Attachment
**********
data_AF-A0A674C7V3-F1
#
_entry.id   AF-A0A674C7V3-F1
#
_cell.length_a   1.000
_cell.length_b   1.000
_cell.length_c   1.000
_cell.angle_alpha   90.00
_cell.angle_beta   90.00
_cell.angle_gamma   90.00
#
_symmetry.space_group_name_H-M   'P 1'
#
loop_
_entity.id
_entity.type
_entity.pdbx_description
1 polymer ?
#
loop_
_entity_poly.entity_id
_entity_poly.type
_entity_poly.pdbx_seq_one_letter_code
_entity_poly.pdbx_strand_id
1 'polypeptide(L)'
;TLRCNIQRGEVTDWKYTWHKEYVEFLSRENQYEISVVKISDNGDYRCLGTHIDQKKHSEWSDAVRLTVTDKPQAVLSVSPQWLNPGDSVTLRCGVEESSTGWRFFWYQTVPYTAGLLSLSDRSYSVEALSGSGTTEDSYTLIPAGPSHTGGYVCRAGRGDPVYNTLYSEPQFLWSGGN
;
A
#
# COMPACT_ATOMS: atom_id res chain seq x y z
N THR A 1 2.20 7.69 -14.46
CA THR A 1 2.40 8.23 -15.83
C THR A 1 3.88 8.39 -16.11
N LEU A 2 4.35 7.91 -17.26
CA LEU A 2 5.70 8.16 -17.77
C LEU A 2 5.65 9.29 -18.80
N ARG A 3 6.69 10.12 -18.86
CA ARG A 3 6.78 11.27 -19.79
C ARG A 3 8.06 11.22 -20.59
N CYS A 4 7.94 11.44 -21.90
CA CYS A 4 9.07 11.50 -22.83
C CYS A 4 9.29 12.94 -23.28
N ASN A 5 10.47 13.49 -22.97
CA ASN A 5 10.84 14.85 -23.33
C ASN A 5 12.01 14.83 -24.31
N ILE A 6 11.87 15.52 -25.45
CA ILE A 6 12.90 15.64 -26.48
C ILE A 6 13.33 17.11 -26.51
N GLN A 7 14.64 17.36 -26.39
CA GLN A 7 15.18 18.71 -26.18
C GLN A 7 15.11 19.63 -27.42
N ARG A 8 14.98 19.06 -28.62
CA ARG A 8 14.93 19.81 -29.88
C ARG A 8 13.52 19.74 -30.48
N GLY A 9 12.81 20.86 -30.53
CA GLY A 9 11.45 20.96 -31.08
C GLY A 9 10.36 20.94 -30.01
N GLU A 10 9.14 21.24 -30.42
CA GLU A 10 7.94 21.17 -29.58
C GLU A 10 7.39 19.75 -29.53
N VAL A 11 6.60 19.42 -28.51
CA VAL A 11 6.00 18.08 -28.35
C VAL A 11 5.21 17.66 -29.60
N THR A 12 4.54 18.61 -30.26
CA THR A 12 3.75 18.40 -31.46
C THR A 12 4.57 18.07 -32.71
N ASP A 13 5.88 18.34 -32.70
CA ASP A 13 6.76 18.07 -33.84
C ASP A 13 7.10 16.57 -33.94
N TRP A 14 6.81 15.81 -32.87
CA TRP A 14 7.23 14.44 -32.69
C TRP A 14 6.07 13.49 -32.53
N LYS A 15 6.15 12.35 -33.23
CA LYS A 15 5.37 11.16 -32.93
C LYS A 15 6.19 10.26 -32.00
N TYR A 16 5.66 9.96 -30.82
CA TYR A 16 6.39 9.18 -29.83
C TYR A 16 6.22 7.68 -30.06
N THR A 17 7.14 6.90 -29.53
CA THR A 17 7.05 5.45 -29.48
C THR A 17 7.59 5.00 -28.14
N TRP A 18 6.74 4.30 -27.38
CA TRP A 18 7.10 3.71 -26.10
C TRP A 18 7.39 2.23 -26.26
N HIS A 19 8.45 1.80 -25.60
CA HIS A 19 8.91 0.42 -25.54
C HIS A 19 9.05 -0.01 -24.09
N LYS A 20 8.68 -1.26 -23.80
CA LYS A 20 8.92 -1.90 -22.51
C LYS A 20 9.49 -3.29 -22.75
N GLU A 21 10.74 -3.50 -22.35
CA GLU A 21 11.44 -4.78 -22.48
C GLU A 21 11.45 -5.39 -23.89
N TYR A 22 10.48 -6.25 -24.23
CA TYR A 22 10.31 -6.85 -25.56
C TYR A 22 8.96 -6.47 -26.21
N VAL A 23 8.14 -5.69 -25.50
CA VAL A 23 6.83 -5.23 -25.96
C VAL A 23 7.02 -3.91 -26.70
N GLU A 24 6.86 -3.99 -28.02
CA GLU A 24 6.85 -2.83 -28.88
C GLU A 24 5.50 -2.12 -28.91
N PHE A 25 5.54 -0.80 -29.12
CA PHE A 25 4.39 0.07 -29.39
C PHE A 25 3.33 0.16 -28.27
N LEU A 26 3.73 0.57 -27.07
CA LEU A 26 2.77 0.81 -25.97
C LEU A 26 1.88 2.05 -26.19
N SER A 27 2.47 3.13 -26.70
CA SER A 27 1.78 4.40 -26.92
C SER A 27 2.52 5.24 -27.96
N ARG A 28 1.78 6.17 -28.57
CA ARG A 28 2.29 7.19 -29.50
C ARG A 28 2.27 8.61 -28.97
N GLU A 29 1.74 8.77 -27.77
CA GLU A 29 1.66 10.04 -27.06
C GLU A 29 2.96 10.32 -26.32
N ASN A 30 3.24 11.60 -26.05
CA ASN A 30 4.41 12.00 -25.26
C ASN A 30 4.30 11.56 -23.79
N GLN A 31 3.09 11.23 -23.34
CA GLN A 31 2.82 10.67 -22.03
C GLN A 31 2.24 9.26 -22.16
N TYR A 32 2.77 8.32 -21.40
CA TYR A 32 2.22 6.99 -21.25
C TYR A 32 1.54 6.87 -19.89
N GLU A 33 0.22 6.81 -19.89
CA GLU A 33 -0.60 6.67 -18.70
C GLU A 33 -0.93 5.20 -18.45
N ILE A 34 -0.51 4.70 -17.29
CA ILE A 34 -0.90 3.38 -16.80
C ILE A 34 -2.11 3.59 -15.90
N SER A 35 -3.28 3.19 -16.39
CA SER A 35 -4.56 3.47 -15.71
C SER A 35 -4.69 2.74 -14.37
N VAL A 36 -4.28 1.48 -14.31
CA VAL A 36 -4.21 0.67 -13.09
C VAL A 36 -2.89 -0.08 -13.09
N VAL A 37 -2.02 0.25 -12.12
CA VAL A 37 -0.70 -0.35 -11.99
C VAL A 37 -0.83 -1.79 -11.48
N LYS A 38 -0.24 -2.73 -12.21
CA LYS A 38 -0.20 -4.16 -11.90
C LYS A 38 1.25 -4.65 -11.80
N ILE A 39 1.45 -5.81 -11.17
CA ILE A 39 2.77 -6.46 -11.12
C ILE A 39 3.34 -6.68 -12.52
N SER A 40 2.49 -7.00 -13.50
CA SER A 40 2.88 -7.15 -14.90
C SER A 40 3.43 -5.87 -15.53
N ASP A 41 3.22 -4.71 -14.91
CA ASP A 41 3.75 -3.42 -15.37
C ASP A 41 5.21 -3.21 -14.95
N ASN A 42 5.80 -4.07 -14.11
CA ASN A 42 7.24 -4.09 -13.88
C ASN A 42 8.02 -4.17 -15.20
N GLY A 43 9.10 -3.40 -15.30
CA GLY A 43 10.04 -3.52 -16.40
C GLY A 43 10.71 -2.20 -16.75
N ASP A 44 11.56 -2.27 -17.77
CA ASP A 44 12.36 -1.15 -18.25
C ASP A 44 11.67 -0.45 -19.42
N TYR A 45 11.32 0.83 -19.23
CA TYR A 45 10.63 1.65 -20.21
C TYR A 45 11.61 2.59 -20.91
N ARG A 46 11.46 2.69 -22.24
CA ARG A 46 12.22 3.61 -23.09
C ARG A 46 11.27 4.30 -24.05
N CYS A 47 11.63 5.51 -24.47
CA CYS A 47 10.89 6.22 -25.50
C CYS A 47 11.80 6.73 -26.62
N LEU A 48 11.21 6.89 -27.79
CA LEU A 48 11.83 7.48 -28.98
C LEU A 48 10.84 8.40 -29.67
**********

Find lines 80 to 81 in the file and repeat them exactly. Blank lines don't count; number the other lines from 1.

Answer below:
CA THR A 17 7.05 5.45 -29.48
C THR A 17 7.59 5.00 -28.14